Wireless nitrate soil sensor could cut fertilizer use
The researchers say the value proposition to their sensor product is the reduced time-to-data it offers farmers. Designed to mimic plant roots and be buried in the soil just below root level, the sensors provide real-time data about soil nitrate levels so farmers can immediately make adjustments to fertilizers and irrigation (applied together, this is called fertigation).
"Currently, obtaining this type of data requires taking multiple soil samples, which involves a lot of labor, and then the wait for lab results," Carroll said. "Our technology's real-time data would enable highly site-specific management of fertigation."
While the company is focused on precision agriculture at the moment, they have their sights set on broader markets.
"We're developing a technology that will allow us to expand into the gardening and home markets, as well as into industrial applications such as drinking water and wastewater monitoring," Carroll said. "Using a supramolecular interaction has the potential to improve a wide range of applications."
The $120,000 from Oregon BEST will support deployment and field testing of 150 sensor prototypes in 12 different geographical locations, in tandem with manual soil testing to ensure the data generated by the sensors is accurate over time and in different soil conditions. The company plans to test the robustness of the sensors throughout a growing season, starting this spring. It is currently seeking farmers of fertilized and irrigated crops willing to participate in the study.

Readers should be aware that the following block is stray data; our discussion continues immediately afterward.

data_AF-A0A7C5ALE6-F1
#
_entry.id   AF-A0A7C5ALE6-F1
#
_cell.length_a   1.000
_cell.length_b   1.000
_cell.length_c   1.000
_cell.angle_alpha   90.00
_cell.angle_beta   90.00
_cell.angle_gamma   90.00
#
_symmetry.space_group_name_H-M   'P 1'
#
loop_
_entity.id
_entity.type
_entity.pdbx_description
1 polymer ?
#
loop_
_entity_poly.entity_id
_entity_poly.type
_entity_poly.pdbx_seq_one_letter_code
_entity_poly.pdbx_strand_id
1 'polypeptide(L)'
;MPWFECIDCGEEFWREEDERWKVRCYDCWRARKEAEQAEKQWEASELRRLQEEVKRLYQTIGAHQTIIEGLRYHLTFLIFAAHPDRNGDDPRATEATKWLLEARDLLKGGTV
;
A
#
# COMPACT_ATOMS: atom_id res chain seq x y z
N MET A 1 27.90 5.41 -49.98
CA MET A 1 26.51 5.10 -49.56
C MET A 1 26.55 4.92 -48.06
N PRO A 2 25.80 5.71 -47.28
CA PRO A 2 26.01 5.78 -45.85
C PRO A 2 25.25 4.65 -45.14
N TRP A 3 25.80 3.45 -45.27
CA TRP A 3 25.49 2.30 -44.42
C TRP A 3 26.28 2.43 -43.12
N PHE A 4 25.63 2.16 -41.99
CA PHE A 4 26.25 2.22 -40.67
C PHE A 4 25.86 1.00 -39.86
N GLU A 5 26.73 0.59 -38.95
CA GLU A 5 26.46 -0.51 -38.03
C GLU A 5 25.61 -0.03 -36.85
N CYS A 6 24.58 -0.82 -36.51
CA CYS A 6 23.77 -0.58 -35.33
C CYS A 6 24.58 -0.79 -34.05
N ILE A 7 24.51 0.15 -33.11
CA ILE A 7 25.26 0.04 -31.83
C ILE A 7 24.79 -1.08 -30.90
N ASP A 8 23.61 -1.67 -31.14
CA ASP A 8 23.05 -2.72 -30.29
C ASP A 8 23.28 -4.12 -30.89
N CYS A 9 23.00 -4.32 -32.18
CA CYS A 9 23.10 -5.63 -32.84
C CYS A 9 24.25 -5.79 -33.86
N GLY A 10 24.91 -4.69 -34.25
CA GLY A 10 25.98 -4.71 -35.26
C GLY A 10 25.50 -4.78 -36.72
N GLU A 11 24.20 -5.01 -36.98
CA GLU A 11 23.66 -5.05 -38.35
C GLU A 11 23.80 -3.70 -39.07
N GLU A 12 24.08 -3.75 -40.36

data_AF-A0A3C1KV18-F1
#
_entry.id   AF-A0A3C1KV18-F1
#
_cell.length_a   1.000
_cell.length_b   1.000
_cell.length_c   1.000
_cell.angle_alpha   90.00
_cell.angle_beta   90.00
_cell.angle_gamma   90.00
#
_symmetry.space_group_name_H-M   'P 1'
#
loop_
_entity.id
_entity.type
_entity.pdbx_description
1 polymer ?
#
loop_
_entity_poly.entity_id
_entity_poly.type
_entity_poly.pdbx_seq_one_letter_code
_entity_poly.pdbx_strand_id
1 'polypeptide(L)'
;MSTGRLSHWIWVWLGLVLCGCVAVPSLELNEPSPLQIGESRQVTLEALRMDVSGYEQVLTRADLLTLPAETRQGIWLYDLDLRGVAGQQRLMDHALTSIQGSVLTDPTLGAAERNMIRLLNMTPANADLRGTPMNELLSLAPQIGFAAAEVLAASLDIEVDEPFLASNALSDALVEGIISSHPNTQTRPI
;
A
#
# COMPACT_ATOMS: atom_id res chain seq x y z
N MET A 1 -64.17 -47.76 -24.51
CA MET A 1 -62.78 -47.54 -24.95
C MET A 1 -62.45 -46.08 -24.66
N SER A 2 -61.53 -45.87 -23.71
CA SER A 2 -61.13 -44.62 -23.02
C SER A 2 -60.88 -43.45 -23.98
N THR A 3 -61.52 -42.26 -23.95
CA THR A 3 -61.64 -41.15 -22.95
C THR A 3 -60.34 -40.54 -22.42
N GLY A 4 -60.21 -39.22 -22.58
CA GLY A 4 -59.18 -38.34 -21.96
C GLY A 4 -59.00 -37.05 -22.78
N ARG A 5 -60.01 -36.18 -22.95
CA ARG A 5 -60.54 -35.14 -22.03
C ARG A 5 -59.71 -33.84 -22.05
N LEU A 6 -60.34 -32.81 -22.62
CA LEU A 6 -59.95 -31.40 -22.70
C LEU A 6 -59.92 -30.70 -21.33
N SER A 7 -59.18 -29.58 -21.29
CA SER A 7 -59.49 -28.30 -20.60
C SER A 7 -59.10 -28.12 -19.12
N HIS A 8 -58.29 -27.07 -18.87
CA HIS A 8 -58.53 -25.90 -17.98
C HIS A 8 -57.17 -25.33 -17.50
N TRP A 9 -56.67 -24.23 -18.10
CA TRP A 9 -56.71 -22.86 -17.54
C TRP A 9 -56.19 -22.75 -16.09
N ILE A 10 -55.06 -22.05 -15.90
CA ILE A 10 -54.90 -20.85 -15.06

"This project leverages an important scientific discovery and our regional strengths in agriculture to advance a technology that could prove to be transformational in reducing costs for farmers and pollution in our planet's water systems," said David Kenney, President and Executive Director of Oregon BEST. "Oregon BEST is happy to be able to help accelerate this effort."
The Oregon BEST funding is also enabling acquisition of equipment, including a UV-Vis spectrometer, and expansion of one of the analysis labs in the UO's CAMCOR facility that will aid future sensor development work at the university.
The company previously participated in the National Science Foundation's Innovation Corps (I-Corps) Program, winning the "Best Team" Award out of 25 teams that participated in the 6-month course. In addition to the Oregon BEST funds, the company was awarded a $180,000 National Science Foundation Small Business Innovation Research (SBIR) grant and a $250,000 Gap Grant from ONAMI.
- Fall tests for nematodes help keep crops healthy
- National Agricultural Genotyping Center announces partnership
- Surging soy, U.S. dollar quotes highlight Friday futures trading
- EU’s leading plant scientists call for action to defend research
- Digi-Star introduces WeighLog hydraulic weighing system
- Surging U.S. dollar values weighed on ag markets Friday morning